Trip report: Eastern Australia, from Top to Bottom (Oct-Nov 2009) by Tropical Birding

Guided by Iain Campbell and Michael Retter.

Australia’s isolation has made it a virtual evolutionary petri dish called home by a myriad of bird families found nowhere else on the planet. Cassowaries, honeyeaters, fairy-wrens, pseudo-babblers, lyrebirds, mud-nest-builders, logrunners: all are Australo-Papuan endemic familes. So are the bowerbirds, a family to which this stunning male Regent Bowerbird belongs. As diverse and immense as it is isolated, Australia consequently harbors an impressive diversity of species.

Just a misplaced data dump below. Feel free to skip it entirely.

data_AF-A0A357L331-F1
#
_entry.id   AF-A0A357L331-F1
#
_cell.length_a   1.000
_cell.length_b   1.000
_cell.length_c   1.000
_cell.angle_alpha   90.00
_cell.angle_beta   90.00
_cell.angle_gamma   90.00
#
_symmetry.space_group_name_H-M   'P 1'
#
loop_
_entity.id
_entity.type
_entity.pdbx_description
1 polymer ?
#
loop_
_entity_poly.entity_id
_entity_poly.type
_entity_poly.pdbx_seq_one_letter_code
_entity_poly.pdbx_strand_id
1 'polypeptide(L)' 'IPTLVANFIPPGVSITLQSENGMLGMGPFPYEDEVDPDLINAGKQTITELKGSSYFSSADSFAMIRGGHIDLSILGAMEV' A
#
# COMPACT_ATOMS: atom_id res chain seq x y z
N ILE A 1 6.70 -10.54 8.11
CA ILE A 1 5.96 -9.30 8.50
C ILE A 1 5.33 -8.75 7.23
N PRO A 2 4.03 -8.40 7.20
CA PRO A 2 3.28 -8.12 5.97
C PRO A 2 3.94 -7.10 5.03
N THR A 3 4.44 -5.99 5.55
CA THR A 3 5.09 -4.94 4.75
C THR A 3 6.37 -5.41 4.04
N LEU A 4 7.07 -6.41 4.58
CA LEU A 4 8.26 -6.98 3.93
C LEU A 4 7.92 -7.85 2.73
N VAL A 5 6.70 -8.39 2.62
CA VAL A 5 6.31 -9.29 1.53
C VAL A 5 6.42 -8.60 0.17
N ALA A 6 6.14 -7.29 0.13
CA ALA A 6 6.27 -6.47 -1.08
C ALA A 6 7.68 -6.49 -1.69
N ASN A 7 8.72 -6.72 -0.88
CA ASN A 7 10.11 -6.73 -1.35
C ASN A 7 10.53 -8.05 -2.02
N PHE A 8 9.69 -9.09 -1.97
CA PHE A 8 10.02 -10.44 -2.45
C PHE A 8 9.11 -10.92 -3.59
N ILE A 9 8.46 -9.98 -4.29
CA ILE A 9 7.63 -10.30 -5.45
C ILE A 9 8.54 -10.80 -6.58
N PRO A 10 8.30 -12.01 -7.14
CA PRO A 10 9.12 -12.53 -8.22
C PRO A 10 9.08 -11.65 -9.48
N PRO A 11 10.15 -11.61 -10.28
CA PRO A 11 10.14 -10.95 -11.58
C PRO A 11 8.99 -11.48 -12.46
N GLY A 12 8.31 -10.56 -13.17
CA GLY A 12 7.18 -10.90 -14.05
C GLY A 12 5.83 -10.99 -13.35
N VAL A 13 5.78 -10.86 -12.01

The array of habitats visited (and thus, birds seen) on this tour makes it an ideal excursion for anyone who has never visited the continent. We started in the warm, lush rainforests of northern Queensland, traveled inland to the desert-like outback of western New South Wales, watched clouds of seabirds and whales off the rocky coast near Sydney, and ended on the snow-covered peaks of Tasmania. The days were long and pace was fast at times, but the result was a substantial trip list of 423 bird species. The mammals were equally impressive. We had superb views of a platypus floating on the surface of a still pond, viewed a tree-kangaroo through the scope one morning, and watched, amazed, as an echidna buried itself into the forest floor in mere seconds. For most of us, though, the evening (successfully) searching for Plains-wanderer (and in the process seeing Black Falcon, Orange Chat, and Ground Cuckoo-shrike) was the crown jewel of the tour.

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